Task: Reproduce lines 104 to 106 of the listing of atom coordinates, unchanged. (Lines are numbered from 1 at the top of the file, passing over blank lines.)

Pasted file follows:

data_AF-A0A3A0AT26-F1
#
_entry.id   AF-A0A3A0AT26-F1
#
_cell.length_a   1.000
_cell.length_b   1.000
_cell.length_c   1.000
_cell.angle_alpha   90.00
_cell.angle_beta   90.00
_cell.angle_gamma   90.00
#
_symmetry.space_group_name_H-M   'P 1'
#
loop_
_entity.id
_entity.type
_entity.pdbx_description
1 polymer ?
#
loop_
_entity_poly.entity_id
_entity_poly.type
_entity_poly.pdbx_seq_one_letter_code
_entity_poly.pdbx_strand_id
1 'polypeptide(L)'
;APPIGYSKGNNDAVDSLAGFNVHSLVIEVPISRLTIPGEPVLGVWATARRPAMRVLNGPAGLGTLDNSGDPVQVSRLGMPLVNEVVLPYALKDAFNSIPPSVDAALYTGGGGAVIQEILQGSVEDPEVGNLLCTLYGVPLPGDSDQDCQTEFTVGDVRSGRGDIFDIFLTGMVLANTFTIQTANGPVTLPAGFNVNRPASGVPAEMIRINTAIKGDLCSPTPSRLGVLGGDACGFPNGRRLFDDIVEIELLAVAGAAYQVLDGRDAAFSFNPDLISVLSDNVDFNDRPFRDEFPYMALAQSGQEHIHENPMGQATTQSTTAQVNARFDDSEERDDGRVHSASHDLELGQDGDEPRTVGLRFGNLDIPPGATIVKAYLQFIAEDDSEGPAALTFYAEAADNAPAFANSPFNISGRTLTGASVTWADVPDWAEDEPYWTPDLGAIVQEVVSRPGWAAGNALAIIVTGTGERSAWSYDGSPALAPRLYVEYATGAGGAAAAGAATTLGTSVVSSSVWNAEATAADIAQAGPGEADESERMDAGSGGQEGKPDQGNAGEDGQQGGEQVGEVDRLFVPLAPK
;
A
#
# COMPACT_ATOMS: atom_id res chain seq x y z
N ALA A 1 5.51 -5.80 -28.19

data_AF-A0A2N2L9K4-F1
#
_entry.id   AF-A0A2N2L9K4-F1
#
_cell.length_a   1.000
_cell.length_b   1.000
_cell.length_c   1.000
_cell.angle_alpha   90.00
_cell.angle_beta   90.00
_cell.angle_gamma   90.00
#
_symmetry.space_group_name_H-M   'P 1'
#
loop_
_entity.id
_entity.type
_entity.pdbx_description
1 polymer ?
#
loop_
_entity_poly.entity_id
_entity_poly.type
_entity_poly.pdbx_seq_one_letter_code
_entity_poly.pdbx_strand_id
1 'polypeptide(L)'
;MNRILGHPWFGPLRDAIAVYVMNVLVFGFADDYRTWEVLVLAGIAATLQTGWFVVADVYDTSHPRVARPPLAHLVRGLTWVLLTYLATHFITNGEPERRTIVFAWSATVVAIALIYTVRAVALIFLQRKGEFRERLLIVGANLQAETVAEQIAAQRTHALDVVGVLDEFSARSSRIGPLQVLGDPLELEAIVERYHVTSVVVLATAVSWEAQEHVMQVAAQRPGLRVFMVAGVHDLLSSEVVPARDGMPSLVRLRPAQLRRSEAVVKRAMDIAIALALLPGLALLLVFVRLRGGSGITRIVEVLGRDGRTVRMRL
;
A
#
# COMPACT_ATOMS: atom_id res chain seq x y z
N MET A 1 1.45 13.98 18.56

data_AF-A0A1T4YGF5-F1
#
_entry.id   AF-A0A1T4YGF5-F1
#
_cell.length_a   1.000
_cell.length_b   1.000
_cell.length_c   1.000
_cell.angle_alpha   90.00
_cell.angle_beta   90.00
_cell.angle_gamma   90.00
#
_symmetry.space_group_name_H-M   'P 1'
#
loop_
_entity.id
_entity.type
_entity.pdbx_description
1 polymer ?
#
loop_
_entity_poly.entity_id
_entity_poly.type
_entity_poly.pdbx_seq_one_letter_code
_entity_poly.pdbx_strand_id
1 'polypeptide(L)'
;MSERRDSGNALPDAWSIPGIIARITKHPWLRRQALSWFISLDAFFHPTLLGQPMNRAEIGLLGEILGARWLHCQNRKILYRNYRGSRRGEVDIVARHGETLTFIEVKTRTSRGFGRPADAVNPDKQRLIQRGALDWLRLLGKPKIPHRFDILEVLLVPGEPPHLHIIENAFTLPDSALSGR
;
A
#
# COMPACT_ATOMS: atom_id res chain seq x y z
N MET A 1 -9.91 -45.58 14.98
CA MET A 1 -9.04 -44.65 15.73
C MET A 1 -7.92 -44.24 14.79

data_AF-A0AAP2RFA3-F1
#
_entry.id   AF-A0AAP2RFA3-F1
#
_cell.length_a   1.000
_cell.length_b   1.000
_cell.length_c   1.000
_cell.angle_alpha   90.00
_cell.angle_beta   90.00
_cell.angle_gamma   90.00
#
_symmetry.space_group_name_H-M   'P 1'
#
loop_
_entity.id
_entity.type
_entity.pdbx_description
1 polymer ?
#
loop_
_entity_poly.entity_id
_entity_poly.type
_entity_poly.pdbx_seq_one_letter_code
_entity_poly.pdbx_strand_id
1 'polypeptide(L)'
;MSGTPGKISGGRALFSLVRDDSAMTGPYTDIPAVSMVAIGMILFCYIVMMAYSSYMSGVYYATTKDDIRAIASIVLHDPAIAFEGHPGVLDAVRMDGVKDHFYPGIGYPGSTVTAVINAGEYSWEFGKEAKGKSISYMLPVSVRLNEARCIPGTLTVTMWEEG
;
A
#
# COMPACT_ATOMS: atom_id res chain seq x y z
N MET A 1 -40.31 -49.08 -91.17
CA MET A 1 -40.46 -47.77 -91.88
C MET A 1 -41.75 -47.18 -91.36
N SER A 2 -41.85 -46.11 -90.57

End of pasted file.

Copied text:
_cell.angle_beta   90.00
_cell.angle_gamma   90.00
#